Masataka Yoshimura

Kyoto University, Kioto, Kyōto, Japan

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Publications (43)15.68 Total impact

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    ABSTRACT: Structural optimization methods based on the level set method are a new type of structural optimization method where the outlines of target structures can be implicitly represented using the level set function, and updated by solving the so-called Hamilton–Jacobi equation based on a Eulerian coordinate system. These new methods can allow topological alterations, such as the number of holes, during the optimization process whereas the boundaries of the target structure are clearly defined. However, the re-initialization scheme used when updating the level set function is a critical problem when seeking to obtain appropriately updated outlines of target structures. In this paper, we propose a new structural optimization method based on the level set method using a new geometry-based re-initialization scheme where both the numerical analysis used when solving the equilibrium equations and the updating process of the level set function are performed using the Finite Element Method. The stiffness maximization, eigenfrequency maximization, and eigenfrequency matching problems are considered as optimization problems. Several design examples are presented to confirm the usefulness of the proposed method. Copyright © 2010 John Wiley & Sons, Ltd.
    International Journal for Numerical Methods in Engineering 09/2010; 83(12):1580 - 1624. · 2.06 Impact Factor
  • Kenji Doi, Masataka Yoshimura, Shinji Nishiwaki, Kazuhiro Izui
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    ABSTRACT: Manufacturing that minimises the exhaustion of natural resources, energy used and deleterious environmental impact is increasingly demanded by societies that seek to protect global environments as much as possible. To achieve this, life-cycle design (LCD) is an essential component of product design scenarios; however, LCD approaches have not been well integrated in optimal design methods that support quantitative decision-making. This study presents a method that yields quantitative solutions through optimisation analysis of a basic product design incorporating life-cycle considerations. We consider two types of optimisation approaches that have different aims, namely, (1) to reduce the use of raw materials and energy consumption and (2) to facilitate the reuse of the product or its parts when it reaches the end of its useful life. We also focus on how the optimisation results differ according to the approach used, from the viewpoint of the 3R concept (Reduce, Reuse and Recycling). Our method obtains optimum solutions by evaluating objectives fitted to each of these two optimisation approaches with respect to the product's life-cycle stages, which are manufacturing, use, maintenance, disposal, reuse and recycling. As an applied example, a simple linear robot model is presented, and Pareto optimum solutions are obtained for the multiobjective optimisation problem whose evaluated objectives are the operating accuracy of the robot and the different life-cycle costs for the two approaches. The characteristics of the evaluated objectives and design variables, as well as the effects of using material characteristics as design parameters, are also examined.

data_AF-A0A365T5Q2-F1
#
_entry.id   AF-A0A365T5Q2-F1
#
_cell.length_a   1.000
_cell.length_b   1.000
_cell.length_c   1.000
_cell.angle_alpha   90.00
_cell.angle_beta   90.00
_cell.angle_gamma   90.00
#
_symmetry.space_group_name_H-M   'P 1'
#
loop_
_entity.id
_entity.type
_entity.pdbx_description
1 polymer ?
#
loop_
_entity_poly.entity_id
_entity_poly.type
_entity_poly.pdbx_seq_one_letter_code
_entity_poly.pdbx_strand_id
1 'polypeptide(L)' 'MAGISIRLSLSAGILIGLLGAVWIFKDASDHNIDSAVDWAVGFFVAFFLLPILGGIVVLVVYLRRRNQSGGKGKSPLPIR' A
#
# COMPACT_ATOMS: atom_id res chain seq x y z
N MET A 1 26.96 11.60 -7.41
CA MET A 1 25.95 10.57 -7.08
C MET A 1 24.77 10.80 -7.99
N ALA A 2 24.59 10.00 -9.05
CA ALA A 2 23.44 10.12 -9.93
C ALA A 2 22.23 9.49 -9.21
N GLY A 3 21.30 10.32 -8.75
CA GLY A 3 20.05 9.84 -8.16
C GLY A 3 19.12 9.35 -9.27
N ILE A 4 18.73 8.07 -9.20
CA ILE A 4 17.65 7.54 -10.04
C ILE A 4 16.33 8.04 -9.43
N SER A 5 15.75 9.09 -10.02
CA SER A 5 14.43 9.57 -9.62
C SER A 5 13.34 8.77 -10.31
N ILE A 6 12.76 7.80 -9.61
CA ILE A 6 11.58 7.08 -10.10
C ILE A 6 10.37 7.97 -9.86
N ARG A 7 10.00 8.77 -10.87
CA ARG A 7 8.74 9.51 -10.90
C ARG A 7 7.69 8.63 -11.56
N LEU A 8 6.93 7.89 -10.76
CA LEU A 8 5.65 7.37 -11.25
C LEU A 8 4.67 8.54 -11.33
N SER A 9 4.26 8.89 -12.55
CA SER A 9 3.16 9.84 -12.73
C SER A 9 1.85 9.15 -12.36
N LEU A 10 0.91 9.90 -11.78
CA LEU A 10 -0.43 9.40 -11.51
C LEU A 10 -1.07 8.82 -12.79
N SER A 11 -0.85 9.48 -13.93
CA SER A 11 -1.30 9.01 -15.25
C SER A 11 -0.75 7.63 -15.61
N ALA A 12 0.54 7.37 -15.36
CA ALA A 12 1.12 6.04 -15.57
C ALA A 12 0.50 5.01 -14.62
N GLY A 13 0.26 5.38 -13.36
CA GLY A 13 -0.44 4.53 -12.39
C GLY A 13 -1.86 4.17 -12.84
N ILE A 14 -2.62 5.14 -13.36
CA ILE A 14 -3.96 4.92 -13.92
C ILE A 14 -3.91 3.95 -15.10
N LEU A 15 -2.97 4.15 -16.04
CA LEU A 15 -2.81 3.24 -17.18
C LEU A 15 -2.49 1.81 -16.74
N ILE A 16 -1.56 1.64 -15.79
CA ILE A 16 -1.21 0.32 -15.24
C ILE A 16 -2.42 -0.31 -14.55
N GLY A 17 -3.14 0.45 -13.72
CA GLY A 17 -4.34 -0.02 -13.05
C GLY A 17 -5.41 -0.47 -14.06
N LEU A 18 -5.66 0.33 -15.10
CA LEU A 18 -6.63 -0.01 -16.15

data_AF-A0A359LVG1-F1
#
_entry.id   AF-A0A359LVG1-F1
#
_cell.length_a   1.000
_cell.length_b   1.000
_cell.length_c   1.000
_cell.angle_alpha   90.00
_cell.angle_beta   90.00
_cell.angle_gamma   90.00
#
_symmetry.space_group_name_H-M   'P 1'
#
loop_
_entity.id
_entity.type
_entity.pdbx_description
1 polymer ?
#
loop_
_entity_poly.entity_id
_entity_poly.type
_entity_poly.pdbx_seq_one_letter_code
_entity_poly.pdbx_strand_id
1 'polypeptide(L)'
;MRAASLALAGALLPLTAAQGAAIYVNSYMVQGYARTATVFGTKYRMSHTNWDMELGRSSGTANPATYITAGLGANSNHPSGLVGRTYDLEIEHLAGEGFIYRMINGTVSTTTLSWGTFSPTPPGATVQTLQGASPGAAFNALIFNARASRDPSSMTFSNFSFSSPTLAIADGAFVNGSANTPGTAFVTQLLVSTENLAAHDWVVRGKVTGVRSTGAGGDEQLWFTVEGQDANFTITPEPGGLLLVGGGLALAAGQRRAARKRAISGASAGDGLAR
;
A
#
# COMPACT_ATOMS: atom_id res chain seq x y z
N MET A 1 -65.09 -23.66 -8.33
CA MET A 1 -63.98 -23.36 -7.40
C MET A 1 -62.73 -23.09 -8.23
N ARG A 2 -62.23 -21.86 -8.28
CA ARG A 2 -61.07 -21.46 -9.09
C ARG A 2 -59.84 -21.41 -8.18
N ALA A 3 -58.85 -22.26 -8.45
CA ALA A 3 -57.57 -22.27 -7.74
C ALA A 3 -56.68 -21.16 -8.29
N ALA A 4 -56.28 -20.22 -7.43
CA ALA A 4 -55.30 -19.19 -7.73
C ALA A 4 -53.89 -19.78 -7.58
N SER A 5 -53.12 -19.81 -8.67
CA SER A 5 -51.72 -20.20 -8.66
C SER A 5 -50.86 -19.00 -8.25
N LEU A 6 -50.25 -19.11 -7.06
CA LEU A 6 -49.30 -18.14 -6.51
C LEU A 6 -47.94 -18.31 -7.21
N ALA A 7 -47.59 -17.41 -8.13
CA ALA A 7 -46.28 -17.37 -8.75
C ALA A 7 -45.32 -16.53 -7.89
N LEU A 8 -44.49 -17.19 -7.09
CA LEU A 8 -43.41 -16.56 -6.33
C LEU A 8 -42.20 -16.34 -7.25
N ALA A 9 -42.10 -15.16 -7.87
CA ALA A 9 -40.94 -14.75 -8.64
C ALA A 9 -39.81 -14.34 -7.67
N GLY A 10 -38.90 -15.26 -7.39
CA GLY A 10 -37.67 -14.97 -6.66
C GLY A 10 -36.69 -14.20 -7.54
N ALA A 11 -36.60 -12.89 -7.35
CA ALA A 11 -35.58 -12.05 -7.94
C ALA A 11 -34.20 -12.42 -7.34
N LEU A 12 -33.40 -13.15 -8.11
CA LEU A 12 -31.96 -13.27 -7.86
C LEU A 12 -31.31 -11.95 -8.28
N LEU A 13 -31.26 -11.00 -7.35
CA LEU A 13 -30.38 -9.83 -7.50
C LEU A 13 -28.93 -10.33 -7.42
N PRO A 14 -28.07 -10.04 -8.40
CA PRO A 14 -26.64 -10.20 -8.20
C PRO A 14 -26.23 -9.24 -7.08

International Journal of Sustainable Engineering 06/2010; 3(2):81-94.
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    ABSTRACT: The shortening of product delivery lead-times can usually be achieved by keeping high-level components in inventory, however in small-volume production systems, maintaining such inventories is often a costly as well as a risky business strategy. If the risk of maintaining unsold inventory can be decreased, even small-volume manufacturers may be able to justify holding more significant quantities of versatile inventory. This paper discusses a component commonality effect to breakthrough the trade-off relationship between inventory levels and delivery lead-times for such small-volume production systems. By using the same component in different products, inventory maintenance costs can be dramatically reduced, but component commonality design problems are inherently complex, since excessive module commonality may lead to lower product performances, and there are trade-off relationships between product performance and cost reductions obtained through component commonality. In this paper, such a design problem is formulated as a multiobjective component commonality design optimisation problem considering inventory level, delivery lead-time and product performance, and the optimal solutions are obtained as a Pareto optimal solution set. Detailed procedures concerning the proposed design method, including inventory simulation, are discussed and developed for a switchgear design problem. Finally, an example switchgear design problem is solved to illustrate that optimal use of component commonalities across different modules can significantly reduce inventory costs, while also shortening product delivery lead-times.